Ah, summertime! Students in the summer enjoy swimming, family vacations, video games, just lazing around and math. Well, maybe not so much math, with the exception of the students who participated in the 21st annual Texas State Honors Summer Math Camp (HSMC).
Conducted by the Mathworks program at Texas State, the six-week camp consisted of 24 advanced high school math students working on math research at the college undergraduate or graduate levels under the direction of the math faculty.
Some of the research projects will be submitted to the Siemens Competition in Math, Science and Technology. The top prizes in the competition include a $100,000 scholarship. The results will be announced on Oct. 22. In 2009, a team of three students from HSMC won first place in the prestigious competition.
Most of the students, however, were more intrigued by the problems and projects they selected than by the possible future cash rewards.
Students Alexandra Ilic and Kevin Tian, both participating for the second time in HSMC, worked with professor Nathaniel Dean on their project “Power Dominating Sets of Specific Classes of Graphs” in the field of graph theory. The project has practical applications, such as Internet traffic monitoring and electrical grids.
“After six weeks of work on this project, we not only gained a lot of insight into the project, and the theory it described, but also made our own extensions in the field,” said Tian. “Students with solutions would present their differing approaches to solving the problem, and everyone would work together to gain a better understanding of the subject. The Honors Summer Math Camp isn’t about competition. It’s about learning together.”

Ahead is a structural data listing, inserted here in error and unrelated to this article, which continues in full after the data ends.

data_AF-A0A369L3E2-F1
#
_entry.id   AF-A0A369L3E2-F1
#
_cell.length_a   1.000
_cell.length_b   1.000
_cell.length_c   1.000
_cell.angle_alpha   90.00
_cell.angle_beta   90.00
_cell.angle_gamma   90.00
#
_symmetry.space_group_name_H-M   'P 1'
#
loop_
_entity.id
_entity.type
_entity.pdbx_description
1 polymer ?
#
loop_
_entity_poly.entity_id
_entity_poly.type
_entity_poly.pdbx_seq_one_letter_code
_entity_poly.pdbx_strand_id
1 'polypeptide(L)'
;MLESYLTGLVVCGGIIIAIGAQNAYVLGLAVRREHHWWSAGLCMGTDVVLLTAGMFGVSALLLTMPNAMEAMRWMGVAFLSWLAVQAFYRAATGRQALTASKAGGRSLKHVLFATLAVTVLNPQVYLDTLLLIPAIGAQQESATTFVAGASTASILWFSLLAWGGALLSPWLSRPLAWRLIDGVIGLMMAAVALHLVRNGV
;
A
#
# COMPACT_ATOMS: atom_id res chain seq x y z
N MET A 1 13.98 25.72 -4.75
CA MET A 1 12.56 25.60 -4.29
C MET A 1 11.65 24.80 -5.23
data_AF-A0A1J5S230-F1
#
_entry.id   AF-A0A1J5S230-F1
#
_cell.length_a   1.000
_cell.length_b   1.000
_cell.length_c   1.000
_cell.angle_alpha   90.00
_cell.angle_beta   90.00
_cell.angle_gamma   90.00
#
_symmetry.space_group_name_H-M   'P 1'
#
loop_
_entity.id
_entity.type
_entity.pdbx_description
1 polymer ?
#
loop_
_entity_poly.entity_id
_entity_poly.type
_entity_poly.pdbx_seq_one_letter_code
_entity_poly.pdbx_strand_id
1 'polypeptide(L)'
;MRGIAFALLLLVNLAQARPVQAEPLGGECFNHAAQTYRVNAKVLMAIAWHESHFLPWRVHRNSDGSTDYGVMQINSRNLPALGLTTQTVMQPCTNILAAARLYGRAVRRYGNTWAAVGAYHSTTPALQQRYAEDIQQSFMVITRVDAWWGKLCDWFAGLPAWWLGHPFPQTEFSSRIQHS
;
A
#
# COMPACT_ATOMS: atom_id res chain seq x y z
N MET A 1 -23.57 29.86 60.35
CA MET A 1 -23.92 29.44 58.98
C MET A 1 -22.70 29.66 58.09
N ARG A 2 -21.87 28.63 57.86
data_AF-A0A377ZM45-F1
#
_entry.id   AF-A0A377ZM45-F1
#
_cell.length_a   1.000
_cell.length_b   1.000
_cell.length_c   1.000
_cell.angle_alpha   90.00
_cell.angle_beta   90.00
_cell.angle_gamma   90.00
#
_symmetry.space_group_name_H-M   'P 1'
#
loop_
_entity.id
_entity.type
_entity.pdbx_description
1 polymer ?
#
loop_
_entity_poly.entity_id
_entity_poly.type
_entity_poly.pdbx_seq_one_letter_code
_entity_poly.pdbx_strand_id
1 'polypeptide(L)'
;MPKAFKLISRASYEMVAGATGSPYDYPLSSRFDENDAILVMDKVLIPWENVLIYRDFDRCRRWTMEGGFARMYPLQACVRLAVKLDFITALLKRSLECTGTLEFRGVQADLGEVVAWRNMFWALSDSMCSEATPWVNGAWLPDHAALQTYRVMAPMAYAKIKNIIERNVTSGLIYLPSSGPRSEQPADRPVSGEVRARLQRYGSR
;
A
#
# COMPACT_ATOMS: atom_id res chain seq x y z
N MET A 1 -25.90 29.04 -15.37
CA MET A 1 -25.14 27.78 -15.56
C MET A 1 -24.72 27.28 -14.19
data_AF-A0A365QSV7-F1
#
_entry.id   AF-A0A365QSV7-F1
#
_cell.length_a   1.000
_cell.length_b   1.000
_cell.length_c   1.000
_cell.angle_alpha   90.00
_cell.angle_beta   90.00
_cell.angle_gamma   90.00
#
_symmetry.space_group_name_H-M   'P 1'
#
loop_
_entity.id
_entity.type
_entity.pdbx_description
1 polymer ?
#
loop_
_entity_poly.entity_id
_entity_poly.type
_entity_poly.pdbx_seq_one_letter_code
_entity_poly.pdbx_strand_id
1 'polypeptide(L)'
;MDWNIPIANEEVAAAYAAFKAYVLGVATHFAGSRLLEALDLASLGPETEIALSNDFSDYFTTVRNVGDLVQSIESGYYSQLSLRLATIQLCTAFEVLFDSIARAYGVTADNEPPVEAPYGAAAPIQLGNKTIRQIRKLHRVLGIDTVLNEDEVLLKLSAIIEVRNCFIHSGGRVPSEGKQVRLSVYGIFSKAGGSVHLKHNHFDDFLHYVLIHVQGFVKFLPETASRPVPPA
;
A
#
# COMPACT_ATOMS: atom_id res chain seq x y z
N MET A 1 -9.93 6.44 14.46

Other projects from HSMC dealt with game theory, number theory and image smoothing algorithms.
In addition to Dean, Texas State faculty who mentored in the HSMC program included Eugene Curtin, Weizhen Gu, Xingde Jia, Qiang Zhao, Alex White, and Jian Shen of the Department of Mathematics and Professor Gary Beall from the Department of Chemistry and Biochemistry. Edward Early from St. Edward’s University also mentored a group of students.
Texas Mathworks is the innovative mathematics program at Texas State that engages students and faculty in developing model math education programs and self-sustaining learning communities. It welcomes Texas students from all backgrounds who are doing mathematics at a high level.
More information on the program can be obtained by visiting www.txstate.edu/mathworks/ or calling (512) 245-3439.